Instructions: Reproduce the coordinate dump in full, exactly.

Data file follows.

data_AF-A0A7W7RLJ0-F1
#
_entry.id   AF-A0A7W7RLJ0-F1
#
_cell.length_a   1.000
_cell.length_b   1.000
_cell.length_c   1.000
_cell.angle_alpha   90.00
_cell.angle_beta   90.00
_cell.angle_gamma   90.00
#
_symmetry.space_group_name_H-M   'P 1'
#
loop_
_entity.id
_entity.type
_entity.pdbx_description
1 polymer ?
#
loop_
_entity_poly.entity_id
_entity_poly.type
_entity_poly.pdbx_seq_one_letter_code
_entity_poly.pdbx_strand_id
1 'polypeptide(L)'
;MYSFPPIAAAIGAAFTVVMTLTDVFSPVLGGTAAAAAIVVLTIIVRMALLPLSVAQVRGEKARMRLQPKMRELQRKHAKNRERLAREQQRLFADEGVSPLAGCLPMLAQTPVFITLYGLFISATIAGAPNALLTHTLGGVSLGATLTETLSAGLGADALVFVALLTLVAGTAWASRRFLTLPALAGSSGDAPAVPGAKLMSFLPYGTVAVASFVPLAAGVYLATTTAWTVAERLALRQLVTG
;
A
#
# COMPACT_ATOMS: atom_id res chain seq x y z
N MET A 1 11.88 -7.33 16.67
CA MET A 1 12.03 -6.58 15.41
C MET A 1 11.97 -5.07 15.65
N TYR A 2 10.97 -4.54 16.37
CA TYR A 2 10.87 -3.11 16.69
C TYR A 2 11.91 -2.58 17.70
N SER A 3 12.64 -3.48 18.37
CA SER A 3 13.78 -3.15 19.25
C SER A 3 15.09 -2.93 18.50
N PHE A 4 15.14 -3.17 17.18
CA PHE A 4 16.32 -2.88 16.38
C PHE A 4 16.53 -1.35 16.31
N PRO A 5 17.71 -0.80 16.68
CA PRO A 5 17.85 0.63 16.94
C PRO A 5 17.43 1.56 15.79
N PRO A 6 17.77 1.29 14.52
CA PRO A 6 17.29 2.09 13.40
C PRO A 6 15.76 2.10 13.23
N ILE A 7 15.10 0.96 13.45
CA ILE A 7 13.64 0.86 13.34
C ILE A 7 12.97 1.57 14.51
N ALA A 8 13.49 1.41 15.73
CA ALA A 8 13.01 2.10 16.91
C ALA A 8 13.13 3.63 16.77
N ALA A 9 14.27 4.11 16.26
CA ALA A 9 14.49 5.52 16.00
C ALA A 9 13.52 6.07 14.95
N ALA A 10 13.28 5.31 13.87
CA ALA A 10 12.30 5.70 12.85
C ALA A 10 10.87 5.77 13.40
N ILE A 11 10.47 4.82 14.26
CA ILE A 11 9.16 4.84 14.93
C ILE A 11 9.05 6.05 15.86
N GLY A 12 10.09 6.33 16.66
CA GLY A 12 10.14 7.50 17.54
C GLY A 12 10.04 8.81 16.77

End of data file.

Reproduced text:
data_AF-A0A7W7RLJ0-F1
#
_entry.id   AF-A0A7W7RLJ0-F1
#
_cell.length_a   1.000
_cell.length_b   1.000
_cell.length_c   1.000
_cell.angle_alpha   90.00
_cell.angle_beta   90.00
_cell.angle_gamma   90.00
#
_symmetry.space_group_name_H-M   'P 1'
#
loop_
_entity.id
_entity.type
_entity.pdbx_description
1 polymer ?
#
loop_
_entity_poly.entity_id
_entity_poly.type
_entity_poly.pdbx_seq_one_letter_code
_entity_poly.pdbx_strand_id
1 'polypeptide(L)'
;MYSFPPIAAAIGAAFTVVMTLTDVFSPVLGGTAAAAAIVVLTIIVRMALLPLSVAQVRGEKARMRLQPKMRELQRKHAKNRERLAREQQRLFADEGVSPLAGCLPMLAQTPVFITLYGLFISATIAGAPNALLTHTLGGVSLGATLTETLSAGLGADALVFVALLTLVAGTAWASRRFLTLPALAGSSGDAPAVPGAKLMSFLPYGTVAVASFVPLAAGVYLATTTAWTVAERLALRQLVTG
;
A
#
# COMPACT_ATOMS: atom_id res chain seq x y z
N MET A 1 11.88 -7.33 16.67
CA MET A 1 12.03 -6.58 15.41
C MET A 1 11.97 -5.07 15.65
N TYR A 2 10.97 -4.54 16.37
CA TYR A 2 10.87 -3.11 16.69
C TYR A 2 11.91 -2.58 17.70
N SER A 3 12.64 -3.48 18.37
CA SER A 3 13.78 -3.15 19.25
C SER A 3 15.09 -2.93 18.50
N PHE A 4 15.14 -3.17 17.18
CA PHE A 4 16.32 -2.88 16.38
C PHE A 4 16.53 -1.35 16.31
N PRO A 5 17.71 -0.80 16.68
CA PRO A 5 17.85 0.63 16.94
C PRO A 5 17.43 1.56 15.79
N PRO A 6 17.77 1.29 14.52
CA PRO A 6 17.29 2.09 13.40
C PRO A 6 15.76 2.10 13.23
N ILE A 7 15.10 0.96 13.45
CA ILE A 7 13.64 0.86 13.34
C ILE A 7 12.97 1.57 14.51
N ALA A 8 13.49 1.41 15.73
CA ALA A 8 13.01 2.10 16.91
C ALA A 8 13.13 3.63 16.77
N ALA A 9 14.27 4.11 16.26
CA ALA A 9 14.49 5.52 16.00
C ALA A 9 13.52 6.07 14.95
N ALA A 10 13.28 5.31 13.87
CA ALA A 10 12.30 5.70 12.85
C ALA A 10 10.87 5.77 13.40
N ILE A 11 10.47 4.82 14.26
CA ILE A 11 9.16 4.84 14.93
C ILE A 11 9.05 6.05 15.86
N GLY A 12 10.09 6.33 16.66
CA GLY A 12 10.14 7.50 17.54
C GLY A 12 10.04 8.81 16.77